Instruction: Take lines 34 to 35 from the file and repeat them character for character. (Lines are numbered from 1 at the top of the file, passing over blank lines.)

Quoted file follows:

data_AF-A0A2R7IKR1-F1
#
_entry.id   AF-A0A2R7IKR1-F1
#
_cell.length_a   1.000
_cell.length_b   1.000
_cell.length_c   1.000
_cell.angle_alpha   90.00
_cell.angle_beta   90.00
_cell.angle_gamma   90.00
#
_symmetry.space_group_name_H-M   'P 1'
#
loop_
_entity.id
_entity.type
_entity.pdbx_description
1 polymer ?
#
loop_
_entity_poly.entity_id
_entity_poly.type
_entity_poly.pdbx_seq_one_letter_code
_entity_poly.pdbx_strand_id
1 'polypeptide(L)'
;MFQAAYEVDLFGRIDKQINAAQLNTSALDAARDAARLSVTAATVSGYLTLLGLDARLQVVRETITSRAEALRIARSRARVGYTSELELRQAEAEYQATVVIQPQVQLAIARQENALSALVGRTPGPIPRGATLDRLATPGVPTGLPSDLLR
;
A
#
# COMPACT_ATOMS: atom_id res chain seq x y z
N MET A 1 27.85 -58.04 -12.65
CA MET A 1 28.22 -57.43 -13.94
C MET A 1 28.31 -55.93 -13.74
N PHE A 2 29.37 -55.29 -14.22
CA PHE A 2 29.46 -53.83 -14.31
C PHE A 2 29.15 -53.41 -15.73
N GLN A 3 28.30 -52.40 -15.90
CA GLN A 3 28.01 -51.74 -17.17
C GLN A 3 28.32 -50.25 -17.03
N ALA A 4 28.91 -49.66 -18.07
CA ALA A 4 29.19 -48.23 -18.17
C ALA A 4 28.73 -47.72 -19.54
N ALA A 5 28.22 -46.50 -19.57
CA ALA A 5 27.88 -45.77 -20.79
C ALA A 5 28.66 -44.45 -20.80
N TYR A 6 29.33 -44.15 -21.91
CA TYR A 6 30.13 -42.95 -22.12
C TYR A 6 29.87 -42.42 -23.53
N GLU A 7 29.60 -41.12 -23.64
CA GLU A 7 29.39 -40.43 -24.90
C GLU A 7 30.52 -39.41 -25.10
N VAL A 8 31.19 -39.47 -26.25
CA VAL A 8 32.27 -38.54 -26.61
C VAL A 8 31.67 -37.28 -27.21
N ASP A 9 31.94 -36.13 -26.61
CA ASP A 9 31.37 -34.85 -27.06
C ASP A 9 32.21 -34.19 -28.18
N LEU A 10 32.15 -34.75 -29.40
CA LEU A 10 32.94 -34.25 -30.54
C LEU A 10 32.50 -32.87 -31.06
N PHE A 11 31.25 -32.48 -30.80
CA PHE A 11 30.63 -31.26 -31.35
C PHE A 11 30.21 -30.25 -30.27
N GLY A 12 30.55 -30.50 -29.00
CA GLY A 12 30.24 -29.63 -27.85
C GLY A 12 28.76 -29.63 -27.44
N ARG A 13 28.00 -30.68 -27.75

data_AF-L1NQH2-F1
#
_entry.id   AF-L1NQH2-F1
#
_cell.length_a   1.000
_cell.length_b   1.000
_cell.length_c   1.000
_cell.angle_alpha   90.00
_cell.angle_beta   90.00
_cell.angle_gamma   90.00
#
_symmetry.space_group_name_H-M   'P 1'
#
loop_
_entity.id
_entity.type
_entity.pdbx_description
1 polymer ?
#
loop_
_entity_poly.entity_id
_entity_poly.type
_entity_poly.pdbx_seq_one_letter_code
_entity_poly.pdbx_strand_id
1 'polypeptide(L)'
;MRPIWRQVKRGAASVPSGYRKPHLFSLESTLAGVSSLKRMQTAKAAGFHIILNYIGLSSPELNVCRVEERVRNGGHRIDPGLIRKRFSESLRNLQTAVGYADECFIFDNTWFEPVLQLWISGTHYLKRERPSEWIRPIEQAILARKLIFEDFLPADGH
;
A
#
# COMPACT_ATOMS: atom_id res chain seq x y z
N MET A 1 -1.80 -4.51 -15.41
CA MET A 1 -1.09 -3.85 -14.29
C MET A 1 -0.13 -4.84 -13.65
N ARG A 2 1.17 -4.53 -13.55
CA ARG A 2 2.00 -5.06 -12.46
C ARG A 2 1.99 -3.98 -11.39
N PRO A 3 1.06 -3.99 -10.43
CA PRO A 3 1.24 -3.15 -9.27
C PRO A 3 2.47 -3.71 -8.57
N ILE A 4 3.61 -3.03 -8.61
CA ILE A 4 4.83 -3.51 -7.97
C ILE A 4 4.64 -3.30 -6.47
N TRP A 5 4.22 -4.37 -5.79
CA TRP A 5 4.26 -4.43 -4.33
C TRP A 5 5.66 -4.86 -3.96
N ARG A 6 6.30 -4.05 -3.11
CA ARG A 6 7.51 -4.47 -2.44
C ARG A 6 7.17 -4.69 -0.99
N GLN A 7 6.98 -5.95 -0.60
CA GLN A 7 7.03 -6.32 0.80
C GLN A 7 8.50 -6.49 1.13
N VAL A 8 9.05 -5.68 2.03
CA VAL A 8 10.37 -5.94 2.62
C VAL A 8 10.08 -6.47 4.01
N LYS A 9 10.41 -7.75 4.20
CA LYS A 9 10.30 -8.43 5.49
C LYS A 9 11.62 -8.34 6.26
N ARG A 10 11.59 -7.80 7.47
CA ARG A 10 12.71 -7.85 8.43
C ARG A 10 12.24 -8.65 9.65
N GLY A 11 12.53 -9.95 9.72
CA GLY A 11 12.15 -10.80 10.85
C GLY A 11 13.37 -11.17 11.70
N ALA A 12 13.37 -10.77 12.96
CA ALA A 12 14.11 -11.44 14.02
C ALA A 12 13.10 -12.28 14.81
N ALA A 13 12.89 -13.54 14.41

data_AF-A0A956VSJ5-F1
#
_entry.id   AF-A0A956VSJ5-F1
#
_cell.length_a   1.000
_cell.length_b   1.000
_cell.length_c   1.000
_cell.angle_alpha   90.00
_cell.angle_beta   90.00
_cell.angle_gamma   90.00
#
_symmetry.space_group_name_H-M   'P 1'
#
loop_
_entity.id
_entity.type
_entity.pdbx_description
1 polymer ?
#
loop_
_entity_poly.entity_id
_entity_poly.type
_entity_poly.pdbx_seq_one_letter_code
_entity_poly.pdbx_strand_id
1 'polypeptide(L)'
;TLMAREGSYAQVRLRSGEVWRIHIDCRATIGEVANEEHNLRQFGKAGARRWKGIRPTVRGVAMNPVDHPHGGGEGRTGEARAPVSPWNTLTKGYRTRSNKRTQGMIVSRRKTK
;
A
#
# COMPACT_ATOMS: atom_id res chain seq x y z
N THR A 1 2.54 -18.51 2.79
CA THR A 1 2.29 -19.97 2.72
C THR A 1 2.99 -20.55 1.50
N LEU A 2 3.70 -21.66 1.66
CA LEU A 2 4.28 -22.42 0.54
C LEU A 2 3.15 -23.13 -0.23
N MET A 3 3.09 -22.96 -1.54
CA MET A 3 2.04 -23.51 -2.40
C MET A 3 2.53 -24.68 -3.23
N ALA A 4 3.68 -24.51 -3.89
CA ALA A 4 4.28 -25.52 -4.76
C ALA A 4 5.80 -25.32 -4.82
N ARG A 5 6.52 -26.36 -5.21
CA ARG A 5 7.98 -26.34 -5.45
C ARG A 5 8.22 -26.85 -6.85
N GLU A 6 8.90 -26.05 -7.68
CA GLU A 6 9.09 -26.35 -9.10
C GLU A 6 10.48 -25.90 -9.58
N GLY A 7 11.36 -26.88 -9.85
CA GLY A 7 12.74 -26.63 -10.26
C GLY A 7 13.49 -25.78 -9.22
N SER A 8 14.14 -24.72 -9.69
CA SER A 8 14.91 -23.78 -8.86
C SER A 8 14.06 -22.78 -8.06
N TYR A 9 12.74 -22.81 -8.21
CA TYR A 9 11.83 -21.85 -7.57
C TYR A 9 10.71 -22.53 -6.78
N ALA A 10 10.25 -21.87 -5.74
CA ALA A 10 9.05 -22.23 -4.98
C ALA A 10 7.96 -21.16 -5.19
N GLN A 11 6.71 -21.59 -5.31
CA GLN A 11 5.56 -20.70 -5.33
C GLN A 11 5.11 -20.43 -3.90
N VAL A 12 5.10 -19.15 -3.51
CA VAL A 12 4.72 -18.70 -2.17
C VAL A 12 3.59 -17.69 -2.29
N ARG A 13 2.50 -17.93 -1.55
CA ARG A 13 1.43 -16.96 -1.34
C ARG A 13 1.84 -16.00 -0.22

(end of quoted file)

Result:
N PHE A 2 29.37 -55.29 -14.22
CA PHE A 2 29.46 -53.83 -14.31